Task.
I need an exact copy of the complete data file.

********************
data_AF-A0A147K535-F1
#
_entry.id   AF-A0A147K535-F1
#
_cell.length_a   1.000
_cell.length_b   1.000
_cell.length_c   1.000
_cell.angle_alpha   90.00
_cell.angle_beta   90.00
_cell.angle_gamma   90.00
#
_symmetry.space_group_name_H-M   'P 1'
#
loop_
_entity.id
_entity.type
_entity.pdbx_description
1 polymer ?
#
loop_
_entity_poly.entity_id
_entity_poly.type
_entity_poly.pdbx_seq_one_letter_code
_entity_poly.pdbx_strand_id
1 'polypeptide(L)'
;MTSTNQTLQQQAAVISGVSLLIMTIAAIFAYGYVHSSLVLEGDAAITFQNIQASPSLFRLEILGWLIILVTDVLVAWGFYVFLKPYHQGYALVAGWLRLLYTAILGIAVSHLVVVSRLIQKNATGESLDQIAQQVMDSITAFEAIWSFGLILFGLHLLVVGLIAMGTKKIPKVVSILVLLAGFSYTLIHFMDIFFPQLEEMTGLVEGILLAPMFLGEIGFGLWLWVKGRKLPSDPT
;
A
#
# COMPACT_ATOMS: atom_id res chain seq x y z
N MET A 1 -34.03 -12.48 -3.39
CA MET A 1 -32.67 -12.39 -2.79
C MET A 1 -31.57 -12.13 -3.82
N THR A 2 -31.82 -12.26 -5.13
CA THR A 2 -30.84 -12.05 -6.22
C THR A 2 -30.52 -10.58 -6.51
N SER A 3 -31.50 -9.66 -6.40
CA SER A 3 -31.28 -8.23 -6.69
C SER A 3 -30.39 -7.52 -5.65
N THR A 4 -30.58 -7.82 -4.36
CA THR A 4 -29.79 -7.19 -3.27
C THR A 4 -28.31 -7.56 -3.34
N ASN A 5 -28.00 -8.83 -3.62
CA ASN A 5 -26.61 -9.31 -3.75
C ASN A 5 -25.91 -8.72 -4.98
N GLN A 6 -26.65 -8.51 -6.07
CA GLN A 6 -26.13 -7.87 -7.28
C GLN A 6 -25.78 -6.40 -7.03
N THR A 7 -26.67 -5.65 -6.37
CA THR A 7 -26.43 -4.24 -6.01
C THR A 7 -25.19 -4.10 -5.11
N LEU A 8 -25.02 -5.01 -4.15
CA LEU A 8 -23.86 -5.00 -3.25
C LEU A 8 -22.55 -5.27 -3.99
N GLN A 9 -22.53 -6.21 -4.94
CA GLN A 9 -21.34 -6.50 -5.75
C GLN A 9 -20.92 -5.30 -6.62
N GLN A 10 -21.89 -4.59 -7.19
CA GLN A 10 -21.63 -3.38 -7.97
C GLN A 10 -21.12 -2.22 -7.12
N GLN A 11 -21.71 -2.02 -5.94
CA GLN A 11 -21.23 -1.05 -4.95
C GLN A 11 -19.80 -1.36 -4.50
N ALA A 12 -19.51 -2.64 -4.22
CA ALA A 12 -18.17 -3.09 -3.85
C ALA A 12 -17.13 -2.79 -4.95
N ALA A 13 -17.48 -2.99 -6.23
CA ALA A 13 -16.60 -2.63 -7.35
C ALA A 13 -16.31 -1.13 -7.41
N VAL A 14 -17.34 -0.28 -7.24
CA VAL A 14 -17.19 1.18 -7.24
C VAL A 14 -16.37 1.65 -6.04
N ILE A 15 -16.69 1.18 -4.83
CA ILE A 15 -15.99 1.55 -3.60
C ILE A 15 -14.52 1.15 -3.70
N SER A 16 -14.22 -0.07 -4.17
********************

data_AF-A0A147K535-F1
#
_entry.id   AF-A0A147K535-F1
#
_cell.length_a   1.000
_cell.length_b   1.000
_cell.length_c   1.000
_cell.angle_alpha   90.00
_cell.angle_beta   90.00
_cell.angle_gamma   90.00
#
_symmetry.space_group_name_H-M   'P 1'
#
loop_
_entity.id
_entity.type
_entity.pdbx_description
1 polymer ?
#
loop_
_entity_poly.entity_id
_entity_poly.type
_entity_poly.pdbx_seq_one_letter_code
_entity_poly.pdbx_strand_id
1 'polypeptide(L)'
;MTSTNQTLQQQAAVISGVSLLIMTIAAIFAYGYVHSSLVLEGDAAITFQNIQASPSLFRLEILGWLIILVTDVLVAWGFYVFLKPYHQGYALVAGWLRLLYTAILGIAVSHLVVVSRLIQKNATGESLDQIAQQVMDSITAFEAIWSFGLILFGLHLLVVGLIAMGTKKIPKVVSILVLLAGFSYTLIHFMDIFFPQLEEMTGLVEGILLAPMFLGEIGFGLWLWVKGRKLPSDPT
;
A
#
# COMPACT_ATOMS: atom_id res chain seq x y z
N MET A 1 -34.03 -12.48 -3.39
CA MET A 1 -32.67 -12.39 -2.79
C MET A 1 -31.57 -12.13 -3.82
N THR A 2 -31.82 -12.26 -5.13
CA THR A 2 -30.84 -12.05 -6.22
C THR A 2 -30.52 -10.58 -6.51
N SER A 3 -31.50 -9.66 -6.40
CA SER A 3 -31.28 -8.23 -6.69
C SER A 3 -30.39 -7.52 -5.65
N THR A 4 -30.58 -7.82 -4.36
CA THR A 4 -29.79 -7.19 -3.27
C THR A 4 -28.31 -7.56 -3.34
N ASN A 5 -28.00 -8.83 -3.62
CA ASN A 5 -26.61 -9.31 -3.75
C ASN A 5 -25.91 -8.72 -4.98
N GLN A 6 -26.65 -8.51 -6.07
CA GLN A 6 -26.13 -7.87 -7.28
C GLN A 6 -25.78 -6.40 -7.03
N THR A 7 -26.67 -5.65 -6.37
CA THR A 7 -26.43 -4.24 -6.01
C THR A 7 -25.19 -4.10 -5.11
N LEU A 8 -25.02 -5.01 -4.15
CA LEU A 8 -23.86 -5.00 -3.25
C LEU A 8 -22.55 -5.27 -3.99
N GLN A 9 -22.53 -6.21 -4.94
CA GLN A 9 -21.34 -6.50 -5.75
C GLN A 9 -20.92 -5.30 -6.62
N GLN A 10 -21.89 -4.59 -7.19
CA GLN A 10 -21.63 -3.38 -7.97
C GLN A 10 -21.12 -2.22 -7.12
N GLN A 11 -21.71 -2.02 -5.94
CA GLN A 11 -21.23 -1.05 -4.95
C GLN A 11 -19.80 -1.36 -4.50
N ALA A 12 -19.51 -2.64 -4.22
CA ALA A 12 -18.17 -3.09 -3.85
C ALA A 12 -17.13 -2.79 -4.95
N ALA A 13 -17.48 -2.99 -6.23
CA ALA A 13 -16.60 -2.63 -7.35
C ALA A 13 -16.31 -1.13 -7.41
N VAL A 14 -17.34 -0.28 -7.24
CA VAL A 14 -17.19 1.18 -7.24
C VAL A 14 -16.37 1.65 -6.04
N ILE A 15 -16.69 1.18 -4.83
CA ILE A 15 -15.99 1.55 -3.60
C ILE A 15 -14.52 1.15 -3.70
N SER A 16 -14.22 -0.07 -4.17